200 W. Madison St. | Suite 2670 | Chicago, IL 60606 | Resource Links | Directions

Call Now 312-702-1842
800-237-5182 Toll Free
We Return Calls The Same Day.

Chicago Bad Faith Insurance Law Blog

Fibromyalgia recognized as a disabling impairment

Attorneys Mark DeBofsky and Bridget O'Ryan secured a victory in the U.S. Court of Appeals on May 18, 2017 in a disability benefit case involving fibromyalgia - Kennedy v. Lilly Extended Disability Plan, 2017 WL 2178091 (7th Cir. May 18, 2017)(available at Final Opinion). The court began its ruling by announcing that this case is about fibromyalgia, and then proceeds to explain the nature of the condition, its chronicity, and the severity of the pain it causes. Cathleen Kennedy was a senior human resources executive at Eli Lilly & Company, one of the world's leading pharmaceutical companies, before she became disabled due to fibromyalgia. Lilly is very familiar with fibromyalgia since it markets Cymbalta to treat the disease.  Lilly has also retained Dr. Daniel Clauw, a professor of rheumatology at the University of Michigan, as a consultant on fibromyalgia.  Dr. Clauw has publicly stated that many persons who suffer from fibromyalgia "end up needing to stop working because of this condition" and has also remarked that fibromyalgia "is not only very common but is typically also very disabling." 

Despite Lilly's initial approval of Kennedy's claim for disability benefits, which she submitted when she stopped working in 2008 after a 26-year career of steady advancement at the company, benefits were terminated after several years following a determination that she was no longer unable "to engage, for remuneration or profit, in any occupation commensurate with the Employee's education, training, and experience." The district court overturned that finding; and the court of appeals affirmed the lower court.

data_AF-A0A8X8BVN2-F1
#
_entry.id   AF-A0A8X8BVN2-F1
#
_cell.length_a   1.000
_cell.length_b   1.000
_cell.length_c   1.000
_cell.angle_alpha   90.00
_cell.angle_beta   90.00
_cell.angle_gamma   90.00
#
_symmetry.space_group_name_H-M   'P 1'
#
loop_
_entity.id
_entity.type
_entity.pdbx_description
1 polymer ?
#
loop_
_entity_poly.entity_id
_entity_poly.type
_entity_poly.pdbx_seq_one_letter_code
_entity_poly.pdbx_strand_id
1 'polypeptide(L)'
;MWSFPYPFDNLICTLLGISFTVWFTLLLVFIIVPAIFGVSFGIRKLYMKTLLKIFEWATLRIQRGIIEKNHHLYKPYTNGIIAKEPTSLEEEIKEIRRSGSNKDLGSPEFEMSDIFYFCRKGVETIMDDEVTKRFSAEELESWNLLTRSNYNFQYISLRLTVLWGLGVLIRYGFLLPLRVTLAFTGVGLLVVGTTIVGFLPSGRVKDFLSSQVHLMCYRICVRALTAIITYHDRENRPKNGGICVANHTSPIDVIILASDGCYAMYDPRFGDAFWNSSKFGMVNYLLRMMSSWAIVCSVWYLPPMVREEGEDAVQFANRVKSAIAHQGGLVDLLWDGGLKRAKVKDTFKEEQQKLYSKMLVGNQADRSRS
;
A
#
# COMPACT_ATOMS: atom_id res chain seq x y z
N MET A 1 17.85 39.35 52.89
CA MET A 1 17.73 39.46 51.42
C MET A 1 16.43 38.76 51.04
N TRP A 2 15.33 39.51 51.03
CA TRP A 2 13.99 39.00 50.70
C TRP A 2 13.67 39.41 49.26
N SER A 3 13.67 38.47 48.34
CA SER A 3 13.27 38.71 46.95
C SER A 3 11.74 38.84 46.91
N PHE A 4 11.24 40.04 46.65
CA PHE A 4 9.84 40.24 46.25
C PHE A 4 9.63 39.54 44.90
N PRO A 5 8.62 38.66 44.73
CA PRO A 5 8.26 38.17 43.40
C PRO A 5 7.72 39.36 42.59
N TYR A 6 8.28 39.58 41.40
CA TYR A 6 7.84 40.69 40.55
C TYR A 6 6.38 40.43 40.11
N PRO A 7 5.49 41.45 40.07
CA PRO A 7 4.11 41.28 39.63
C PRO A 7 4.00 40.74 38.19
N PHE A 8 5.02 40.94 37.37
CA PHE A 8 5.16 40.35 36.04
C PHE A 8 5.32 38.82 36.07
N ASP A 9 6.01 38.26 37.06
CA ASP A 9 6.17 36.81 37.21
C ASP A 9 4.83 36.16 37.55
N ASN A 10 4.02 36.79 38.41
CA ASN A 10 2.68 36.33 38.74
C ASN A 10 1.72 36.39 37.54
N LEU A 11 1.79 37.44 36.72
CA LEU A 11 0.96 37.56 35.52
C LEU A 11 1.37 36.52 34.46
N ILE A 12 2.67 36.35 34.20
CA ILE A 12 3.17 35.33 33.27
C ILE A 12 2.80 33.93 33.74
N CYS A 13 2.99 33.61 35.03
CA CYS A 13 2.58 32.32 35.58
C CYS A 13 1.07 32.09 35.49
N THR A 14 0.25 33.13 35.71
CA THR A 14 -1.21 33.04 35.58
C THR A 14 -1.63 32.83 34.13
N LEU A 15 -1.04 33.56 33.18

Surveillance, social media investigations, and tactics insurance companies use to deny disability insurance claims

Insurance companies often hire private investigators to find ways to deny or discontinue payment of disability insurance benefits. The tactics that big business uses to develop evidence seems to expand as technology changes. For years, insurance companies have sent investigators to conduct undercover surveillance stake outs, hoping to secure video evidence that a claimant is not really disabled, or is less injured than he or she claims. However, in a court ruling obtained several years ago by our firm, Skibbe v. Metro. Life Ins. Co., No. 05 C 3658, 2007 WL 2874035, at *11 n. 3 (N.D. Ill. Sept. 24, 2007), the court pointed out: 

The Fifth Circuit Opens the Door to De Novo Review

A recent decision issued by the U.S. Court of Appeals for the Fifth Circuit illuminates the importance of the standard of judicial review applied to resolution of cases seeking benefits under ERISA.  In Ariana M v. Humana Health Plan of Texas, Inc., 2017 WL 1423765 (5th Cir. April 21, 2017), although the court of appeals upheld the benefit plan's denial of coverage for a continued partial hospitalization for mental health treatment, the court issued a concurring opinion that suggested the Fifth Circuit should grant an en banc rehearing to determine the proper standard of judicial review, which, if granted, could very well change the outcome of this case.

Discovery in ERISA cases

DeBofsky, Sherman & Casciari, PC recently received a ruling from Judge Robert Dow, Jr. of the U.S. District Court for the Northern District of Illinois in Harding v. Hartford Life and Accident Insurance Company, 2017 WL 1316264 (N.D. Ill. April 10, 2017), which thoughtfully analyzed the scope of  available discovery in an ERISA action adjudicated under the de novo standard of judicial review.  The case involved a bank employee who became disabled 2011 due to multiple musculoskeletal and autoimmune conditions.  Although Harding's ensuing claims for  long-term disability benefits and a life insurance premium waiver on account of disability under her employer's group disability insurance plan was approved for a period of time, Hartford terminated both benefits in 2014 and upheld its decision after a pre-suit appeal was submitted.  Plaintiff then brought suit against Hartford.

More adults under the age of 55 are experiencing disabling strokes

New research indicates that the rate of people experiencing a stroke prior to the age of 55 has increased in recent years. The average age of people experiencing a first-time stroke has dropped by nearly 2.5 years between 2000 and 2012. The study indicates that while the overall stroke rate in the U.S. has decreased, more younger people are suffering strokes.